A Board-Bending ‘Big Guy’ No More

Paul Roman, before and after
Paul Roman, before and after — after, that is, a year’s time and a shedding of 80 pounds of blubber. (You’ll notice his surfboard shrank, too.)

    Several years ago, Paul Roman, dressed as Santa with a surfboard on the beach, was featured on the cover of The East Hampton Star’s holiday supplement. Underneath the fuzzy red suit he wore a wetsuit, but the bowl full of jelly was all his.
    Thanks to a Weight Watchers program, the portly Santa is now down 80 pounds, and he took first place in the Weight Watchers Inspiring Stories Contest.
    Mr. Roman, a 62-year-old former resident of Montauk now living in East Hampton, started the program a few days before Christmas last year. He is a trained chef who specialized in classic French cuisine and graduated from the Culinary Institute of America.
    His winning essay says that he has worked at high-end restaurants including Cafe des Artistes in New York City and the Living Room in East Hampton. He is also the reigning champ, three years running, of the annual clam chowder contest in East Hampton. “Wonderful temptations have always been close by,” he wrote.
    By the time he started the weight-loss program, he had been overweight for 30 years and in denial, he said. When his clothes got too tight, he just went up a size and was eventually wearing XXL shirts and pants with a 42-inch waist. A surfer, he started using longer boards for flotation and soon saw that he was on the biggest board in the lineup at Ditch Plain Beach. Other surfers called him “big guy,” and he didn’t like it.
    Spending the winters out east was like an invitation to get big and enjoy good food, Mr. Roman said. But when his girlfriend was invited to attend a Weight Watchers meeting with a friend, she asked him to join them. He said he had a “wow” moment when he first stepped on the scale and saw that it read 260 pounds.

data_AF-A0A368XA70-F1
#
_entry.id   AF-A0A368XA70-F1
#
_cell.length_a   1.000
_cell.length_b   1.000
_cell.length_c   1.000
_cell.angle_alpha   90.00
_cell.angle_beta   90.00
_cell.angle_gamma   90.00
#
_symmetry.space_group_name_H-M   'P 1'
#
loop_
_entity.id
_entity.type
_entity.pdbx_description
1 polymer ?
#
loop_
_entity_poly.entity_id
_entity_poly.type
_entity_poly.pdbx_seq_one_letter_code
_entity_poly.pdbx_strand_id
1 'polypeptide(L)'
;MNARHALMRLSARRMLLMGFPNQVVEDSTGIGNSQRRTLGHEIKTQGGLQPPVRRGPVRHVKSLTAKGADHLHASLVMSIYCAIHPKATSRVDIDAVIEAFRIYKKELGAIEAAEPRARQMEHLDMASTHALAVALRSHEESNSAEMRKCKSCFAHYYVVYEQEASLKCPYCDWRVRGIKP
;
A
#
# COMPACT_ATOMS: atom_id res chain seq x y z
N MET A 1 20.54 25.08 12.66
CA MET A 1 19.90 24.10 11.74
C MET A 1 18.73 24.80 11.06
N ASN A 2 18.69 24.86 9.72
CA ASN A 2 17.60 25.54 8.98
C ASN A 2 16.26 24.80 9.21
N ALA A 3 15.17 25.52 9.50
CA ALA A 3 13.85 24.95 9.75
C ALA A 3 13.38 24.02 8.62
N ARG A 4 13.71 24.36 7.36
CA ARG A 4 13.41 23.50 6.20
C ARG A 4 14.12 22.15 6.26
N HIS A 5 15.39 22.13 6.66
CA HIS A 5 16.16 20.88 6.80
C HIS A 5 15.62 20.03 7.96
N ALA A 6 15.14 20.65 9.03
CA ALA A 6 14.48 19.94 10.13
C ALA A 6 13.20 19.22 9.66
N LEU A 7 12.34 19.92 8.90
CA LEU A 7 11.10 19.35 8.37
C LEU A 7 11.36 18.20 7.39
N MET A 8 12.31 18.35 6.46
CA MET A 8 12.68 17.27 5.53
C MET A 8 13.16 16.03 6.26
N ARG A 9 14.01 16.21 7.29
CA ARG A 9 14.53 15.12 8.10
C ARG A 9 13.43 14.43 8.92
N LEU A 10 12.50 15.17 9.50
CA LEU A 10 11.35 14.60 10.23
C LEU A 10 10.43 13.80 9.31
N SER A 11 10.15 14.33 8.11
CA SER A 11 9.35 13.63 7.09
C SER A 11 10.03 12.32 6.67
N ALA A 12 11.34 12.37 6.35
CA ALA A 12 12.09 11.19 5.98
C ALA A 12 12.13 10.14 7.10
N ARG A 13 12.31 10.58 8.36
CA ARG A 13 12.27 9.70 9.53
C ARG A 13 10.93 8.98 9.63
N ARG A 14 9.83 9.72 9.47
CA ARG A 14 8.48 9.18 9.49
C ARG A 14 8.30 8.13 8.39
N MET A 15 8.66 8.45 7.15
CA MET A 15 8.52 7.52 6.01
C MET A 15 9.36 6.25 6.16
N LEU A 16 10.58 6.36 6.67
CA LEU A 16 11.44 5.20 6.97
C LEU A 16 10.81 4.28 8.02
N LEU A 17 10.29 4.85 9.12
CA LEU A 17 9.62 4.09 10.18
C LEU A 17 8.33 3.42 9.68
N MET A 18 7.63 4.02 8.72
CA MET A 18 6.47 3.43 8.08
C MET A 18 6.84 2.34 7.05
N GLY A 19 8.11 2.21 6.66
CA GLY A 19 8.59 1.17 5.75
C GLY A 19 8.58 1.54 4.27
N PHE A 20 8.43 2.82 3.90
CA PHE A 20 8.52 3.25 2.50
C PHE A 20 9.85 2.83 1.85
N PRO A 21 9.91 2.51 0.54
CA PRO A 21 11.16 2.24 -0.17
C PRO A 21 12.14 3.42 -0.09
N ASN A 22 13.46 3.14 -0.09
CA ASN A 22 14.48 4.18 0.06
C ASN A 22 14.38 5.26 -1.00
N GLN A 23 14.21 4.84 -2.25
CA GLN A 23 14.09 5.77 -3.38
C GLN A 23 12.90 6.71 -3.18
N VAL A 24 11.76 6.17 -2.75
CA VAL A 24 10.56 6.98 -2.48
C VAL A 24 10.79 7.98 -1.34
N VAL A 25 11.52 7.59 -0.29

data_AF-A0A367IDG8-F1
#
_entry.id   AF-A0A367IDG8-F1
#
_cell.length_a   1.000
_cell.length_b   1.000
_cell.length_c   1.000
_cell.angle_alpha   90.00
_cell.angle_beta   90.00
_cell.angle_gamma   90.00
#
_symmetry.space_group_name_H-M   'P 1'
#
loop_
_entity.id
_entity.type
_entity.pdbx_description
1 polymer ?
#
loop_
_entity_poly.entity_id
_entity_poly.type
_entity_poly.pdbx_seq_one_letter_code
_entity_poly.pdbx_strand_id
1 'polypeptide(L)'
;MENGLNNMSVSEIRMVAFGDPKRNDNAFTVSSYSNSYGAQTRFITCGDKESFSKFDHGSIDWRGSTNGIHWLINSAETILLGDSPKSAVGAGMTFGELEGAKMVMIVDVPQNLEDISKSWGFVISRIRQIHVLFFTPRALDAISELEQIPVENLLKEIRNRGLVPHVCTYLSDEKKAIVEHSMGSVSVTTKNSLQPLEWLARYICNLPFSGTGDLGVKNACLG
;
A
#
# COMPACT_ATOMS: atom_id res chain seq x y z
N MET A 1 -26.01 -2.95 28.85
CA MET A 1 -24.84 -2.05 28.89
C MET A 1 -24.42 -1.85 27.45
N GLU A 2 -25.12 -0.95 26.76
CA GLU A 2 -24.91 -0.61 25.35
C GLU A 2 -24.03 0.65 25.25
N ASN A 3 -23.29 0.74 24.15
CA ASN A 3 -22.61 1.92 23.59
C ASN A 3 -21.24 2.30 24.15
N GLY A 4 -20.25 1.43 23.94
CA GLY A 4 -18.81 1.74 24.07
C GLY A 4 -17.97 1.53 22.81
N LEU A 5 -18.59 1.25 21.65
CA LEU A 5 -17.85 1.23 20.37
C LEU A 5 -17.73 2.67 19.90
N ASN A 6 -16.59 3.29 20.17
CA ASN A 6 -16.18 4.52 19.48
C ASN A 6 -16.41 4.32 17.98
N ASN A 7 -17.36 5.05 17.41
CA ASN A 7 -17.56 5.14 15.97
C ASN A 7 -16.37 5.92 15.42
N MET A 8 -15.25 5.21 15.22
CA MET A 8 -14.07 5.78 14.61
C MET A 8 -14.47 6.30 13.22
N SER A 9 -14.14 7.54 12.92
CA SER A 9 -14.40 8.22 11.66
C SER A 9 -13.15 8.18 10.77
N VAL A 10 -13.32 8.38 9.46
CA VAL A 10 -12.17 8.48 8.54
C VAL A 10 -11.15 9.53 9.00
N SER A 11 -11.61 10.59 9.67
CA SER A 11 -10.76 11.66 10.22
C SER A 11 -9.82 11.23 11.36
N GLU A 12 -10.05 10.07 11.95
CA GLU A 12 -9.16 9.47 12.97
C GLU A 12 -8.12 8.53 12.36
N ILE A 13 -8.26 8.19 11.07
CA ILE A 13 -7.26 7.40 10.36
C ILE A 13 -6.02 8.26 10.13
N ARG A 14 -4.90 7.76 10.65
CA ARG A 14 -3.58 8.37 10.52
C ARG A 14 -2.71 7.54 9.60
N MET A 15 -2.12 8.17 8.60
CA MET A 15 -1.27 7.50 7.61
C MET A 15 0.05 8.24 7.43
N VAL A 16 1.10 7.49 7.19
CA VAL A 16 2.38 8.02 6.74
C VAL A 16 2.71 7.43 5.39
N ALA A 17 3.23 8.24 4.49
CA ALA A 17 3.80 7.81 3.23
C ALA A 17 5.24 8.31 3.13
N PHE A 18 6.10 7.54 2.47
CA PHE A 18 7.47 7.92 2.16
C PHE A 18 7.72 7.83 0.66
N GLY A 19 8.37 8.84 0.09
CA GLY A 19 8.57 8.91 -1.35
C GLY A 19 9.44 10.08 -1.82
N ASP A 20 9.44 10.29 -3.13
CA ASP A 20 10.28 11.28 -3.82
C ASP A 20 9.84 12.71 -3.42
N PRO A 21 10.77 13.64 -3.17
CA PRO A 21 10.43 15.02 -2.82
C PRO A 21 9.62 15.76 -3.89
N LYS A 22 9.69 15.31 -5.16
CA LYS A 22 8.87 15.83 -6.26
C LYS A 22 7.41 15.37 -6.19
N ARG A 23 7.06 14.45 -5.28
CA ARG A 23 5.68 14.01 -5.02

He enjoyed the meetings and found them inspirational. He was comforted by the fact that there were other men in the group and that the weighing in was done privately. He said you could take off as much clothing as you wished when being weighed. “Me, I stripped down to my Speedo,” he said with a laugh.
    He still attends meetings and plans to be a lifetime member. “The leaders really encourage you” and are a constant source of information, he said on Tuesday.
    “The diet problems and victories of others have unquestionably helped me with my personal challenges,” he wrote in his essay.
    Mr. Russo’s blood pressure and cholesterol levels have dropped, and as a result he’s been able to stop taking a prescription medication. “Everything we’ve monitored before has gotten better,” he said.
    His team leader suggested he enter the contest. His prize was a $100 gift card to Macy’s. What he really wanted, though, was to win the grand prize of a full makeover, not because he’s vain, but because his clothes don’t fit him anymore. “I have no clothes,” he said.
    One of the goals he set for himself was to be able to wear a favorite bathing suit that he had long since stuffed away. Now, the bathing suit fits but is loose, he said.
    “I feel phenomenal! I wish I hadn’t gained that much weight, but it was an accumulation over years and snuck up on me. Now I’m looking for one person to see this so I can start my modeling career,” he said with a laugh.